- Intuitive task priority. I fill my to-do list with fun things and not-so-fun things, and start with whatever "speaks to me." If nothing on the list speaks to me, chances are I have neglected to add fun things. And if my work items do not seem fun _ever_, I need to alter my work and seek out different forms of work or set firmer boundaries. This latter fact is difficult but worth facing up to.
- Verbalizing my problems with the day to other people. This is hard for me because I don't want to sound like I'm whining, but has worked surprisingly well. Sometimes I get feedback like, "well, why don't you just do X instead," where X is an idea I hadn't considered. Other times there's no one around so I consult with a person I deeply respect as if they're present & ready to help me (the cabinet of invisible counselors idea) or even say a prayer. I've had amazing results with these last methods, somehow even better if I'm typing them out as I experience them.
- Blocking in things I really look forward to. This is mentioned in the article. I enjoy achievement and find that it helps reverse feelings of exhaustion. For me, little achievements peppered in here and there throughout the year are where it's at. I blocked in the ARRL amateur radio licensing exams as a personal challenge and downloaded an app to help study. I blocked in a couple of conferences that are outside of my field but very interesting. I block in webinars in various fields and even ended up pursuing and earning certificates in those fields. I built a new website to help those who are interested in one of those fields and challenged myself to add 1,000 new items of content before the end of the year. I'm at 250 so far after 2 weeks (I count links! The currency of the web...but it's a niche field so it's still hard).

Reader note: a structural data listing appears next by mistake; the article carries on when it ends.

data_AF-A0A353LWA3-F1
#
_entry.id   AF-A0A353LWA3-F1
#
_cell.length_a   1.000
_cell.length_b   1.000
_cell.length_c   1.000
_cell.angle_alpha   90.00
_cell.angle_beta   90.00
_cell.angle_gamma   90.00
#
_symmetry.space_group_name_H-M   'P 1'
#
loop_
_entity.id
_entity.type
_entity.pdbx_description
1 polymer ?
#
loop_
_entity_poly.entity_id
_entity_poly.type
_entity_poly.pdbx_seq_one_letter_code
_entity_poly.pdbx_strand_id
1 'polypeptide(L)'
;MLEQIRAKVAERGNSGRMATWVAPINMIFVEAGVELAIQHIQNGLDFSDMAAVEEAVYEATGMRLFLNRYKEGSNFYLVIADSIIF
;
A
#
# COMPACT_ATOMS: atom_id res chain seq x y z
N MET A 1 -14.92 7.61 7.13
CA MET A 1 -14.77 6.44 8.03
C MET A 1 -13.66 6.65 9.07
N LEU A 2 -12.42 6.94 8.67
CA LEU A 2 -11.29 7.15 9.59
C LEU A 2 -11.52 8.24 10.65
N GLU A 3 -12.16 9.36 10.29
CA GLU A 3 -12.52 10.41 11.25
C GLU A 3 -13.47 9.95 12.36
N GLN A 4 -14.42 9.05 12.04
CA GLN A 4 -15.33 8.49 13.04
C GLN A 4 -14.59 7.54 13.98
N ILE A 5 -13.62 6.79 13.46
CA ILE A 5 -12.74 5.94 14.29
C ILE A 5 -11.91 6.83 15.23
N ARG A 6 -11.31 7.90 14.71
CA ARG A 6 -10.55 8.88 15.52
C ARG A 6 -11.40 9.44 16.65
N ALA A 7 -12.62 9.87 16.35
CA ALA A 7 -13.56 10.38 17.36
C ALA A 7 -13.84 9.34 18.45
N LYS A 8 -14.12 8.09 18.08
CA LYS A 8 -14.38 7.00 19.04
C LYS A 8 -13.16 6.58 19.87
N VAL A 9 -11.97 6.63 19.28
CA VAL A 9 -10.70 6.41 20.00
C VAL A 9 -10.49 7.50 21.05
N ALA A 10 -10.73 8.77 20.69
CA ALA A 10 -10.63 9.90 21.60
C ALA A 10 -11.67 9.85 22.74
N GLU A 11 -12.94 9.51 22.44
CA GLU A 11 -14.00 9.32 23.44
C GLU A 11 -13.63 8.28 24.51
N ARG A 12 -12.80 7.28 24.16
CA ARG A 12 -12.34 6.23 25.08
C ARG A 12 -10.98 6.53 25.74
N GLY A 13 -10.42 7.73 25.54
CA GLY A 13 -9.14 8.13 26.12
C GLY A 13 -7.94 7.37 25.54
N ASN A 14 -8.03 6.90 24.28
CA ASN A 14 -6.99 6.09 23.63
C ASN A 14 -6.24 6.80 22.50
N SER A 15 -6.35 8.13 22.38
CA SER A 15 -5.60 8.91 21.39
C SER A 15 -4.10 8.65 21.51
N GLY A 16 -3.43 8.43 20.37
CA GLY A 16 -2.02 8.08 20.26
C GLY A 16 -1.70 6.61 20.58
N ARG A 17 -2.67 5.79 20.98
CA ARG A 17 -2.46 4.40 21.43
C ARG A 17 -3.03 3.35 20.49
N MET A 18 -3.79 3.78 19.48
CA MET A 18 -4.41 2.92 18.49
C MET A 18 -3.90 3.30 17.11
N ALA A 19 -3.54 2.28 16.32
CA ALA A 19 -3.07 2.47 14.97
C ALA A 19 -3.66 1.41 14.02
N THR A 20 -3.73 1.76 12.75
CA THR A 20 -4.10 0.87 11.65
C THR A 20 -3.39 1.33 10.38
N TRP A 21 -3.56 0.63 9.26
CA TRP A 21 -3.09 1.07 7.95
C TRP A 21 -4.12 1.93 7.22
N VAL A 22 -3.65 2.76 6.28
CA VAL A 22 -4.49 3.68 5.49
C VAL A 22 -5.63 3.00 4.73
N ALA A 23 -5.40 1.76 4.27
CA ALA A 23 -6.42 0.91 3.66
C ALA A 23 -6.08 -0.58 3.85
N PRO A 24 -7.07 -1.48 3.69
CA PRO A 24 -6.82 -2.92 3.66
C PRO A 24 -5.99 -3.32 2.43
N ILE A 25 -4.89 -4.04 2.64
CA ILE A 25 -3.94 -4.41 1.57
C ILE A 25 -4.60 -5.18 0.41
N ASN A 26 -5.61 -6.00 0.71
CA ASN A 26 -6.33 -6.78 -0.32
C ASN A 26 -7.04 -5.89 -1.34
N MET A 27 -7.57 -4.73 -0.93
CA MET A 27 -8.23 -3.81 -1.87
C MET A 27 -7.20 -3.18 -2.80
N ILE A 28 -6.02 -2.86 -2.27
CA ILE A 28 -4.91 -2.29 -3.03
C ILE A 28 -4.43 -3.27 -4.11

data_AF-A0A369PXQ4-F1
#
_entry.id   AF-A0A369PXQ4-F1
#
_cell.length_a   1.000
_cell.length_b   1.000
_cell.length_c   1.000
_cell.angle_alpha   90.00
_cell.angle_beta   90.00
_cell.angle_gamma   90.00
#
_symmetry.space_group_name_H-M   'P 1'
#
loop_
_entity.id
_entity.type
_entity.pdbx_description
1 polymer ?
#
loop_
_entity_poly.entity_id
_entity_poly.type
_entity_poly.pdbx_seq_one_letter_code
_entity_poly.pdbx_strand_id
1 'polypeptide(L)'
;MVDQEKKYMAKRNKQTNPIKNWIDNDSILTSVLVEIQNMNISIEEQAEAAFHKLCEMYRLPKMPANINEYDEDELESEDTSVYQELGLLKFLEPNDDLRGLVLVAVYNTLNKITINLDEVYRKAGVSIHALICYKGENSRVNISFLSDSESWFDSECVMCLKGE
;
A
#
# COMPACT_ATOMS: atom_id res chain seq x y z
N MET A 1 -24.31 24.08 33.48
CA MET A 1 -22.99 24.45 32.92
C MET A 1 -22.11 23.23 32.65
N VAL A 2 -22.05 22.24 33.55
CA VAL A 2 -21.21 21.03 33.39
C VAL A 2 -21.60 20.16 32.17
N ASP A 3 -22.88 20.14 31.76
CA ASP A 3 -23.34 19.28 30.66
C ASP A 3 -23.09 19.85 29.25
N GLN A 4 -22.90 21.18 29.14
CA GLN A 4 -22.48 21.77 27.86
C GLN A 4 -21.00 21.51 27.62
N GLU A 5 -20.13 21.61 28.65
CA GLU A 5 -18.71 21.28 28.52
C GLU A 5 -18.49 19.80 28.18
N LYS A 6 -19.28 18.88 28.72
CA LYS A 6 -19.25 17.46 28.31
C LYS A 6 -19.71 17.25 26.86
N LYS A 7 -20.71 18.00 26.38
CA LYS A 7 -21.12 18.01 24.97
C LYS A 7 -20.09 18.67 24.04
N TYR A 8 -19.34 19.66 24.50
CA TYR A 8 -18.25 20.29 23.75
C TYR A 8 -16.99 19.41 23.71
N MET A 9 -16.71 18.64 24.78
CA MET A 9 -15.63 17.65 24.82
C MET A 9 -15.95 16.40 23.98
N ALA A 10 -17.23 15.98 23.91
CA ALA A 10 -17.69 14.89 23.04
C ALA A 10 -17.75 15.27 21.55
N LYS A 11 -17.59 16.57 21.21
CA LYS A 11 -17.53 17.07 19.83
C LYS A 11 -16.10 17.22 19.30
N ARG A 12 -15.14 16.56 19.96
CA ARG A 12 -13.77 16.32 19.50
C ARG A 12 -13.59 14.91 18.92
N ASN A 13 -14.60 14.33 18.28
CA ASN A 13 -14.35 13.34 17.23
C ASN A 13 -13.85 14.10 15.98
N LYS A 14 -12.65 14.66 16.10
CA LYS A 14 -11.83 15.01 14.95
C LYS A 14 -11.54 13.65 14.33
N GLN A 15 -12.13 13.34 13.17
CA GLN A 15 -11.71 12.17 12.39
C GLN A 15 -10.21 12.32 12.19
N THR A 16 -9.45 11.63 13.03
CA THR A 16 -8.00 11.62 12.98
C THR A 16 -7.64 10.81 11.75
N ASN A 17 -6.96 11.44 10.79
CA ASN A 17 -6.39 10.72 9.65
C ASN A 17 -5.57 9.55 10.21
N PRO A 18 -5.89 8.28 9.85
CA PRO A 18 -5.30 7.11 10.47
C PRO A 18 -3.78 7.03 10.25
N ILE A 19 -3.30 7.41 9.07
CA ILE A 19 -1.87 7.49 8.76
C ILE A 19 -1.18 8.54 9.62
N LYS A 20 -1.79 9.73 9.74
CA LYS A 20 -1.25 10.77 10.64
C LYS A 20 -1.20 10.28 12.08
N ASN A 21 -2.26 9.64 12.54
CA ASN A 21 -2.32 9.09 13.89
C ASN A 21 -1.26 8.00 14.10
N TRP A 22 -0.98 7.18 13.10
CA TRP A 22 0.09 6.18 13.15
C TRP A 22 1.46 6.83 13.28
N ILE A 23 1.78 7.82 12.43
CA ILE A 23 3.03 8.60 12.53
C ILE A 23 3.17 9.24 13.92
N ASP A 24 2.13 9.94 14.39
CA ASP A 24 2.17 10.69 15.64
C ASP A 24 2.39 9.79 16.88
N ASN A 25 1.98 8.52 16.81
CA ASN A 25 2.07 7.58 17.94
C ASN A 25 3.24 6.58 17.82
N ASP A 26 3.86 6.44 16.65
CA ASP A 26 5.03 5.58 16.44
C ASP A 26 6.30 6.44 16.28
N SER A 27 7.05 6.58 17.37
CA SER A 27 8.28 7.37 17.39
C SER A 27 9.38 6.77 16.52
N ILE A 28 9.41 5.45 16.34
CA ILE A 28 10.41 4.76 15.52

Well, this went longer than I thought. But with some serious achievements finally under my belt, with bad habits conquered and work going better than ever, I figured it might help someone to share.
It's that echo chamber of "you can do it" that often leads to people actually doing it.
But I can see how a positive echo chamber could help get something off the ground.
Besides, in a work context it's more likely to be people who want your time and effort for something that's not in your goals. Or simply bores. I used to work somewhere with a negative productivity manager: not only did he not do anything useful, he had a tendency to stand next to you and tell dull long stories of How It Was In The Old Days.
Contrary to the Medium post, I schedule each meeting as first thing of the day, so it’s out of the way and doesn’t cockblock deep work I want to do. Even better is no meetings, but sometimes they’re just unavoidable.
I can't always control my schedule to this degree, because I work for others, but it's ideal for me.
I suppose it works this way for "morning people".
Internal meetings are kept short. 30 minutes each morning, 30 minutes after lunch.
* Don't look at porn for more than 30 minutes today.
* Don't eat any chocolate or other unhealthy food.
* Don't work on that side project.
the internet is borderline unusable without proper adblocking. Its the same on all platforms.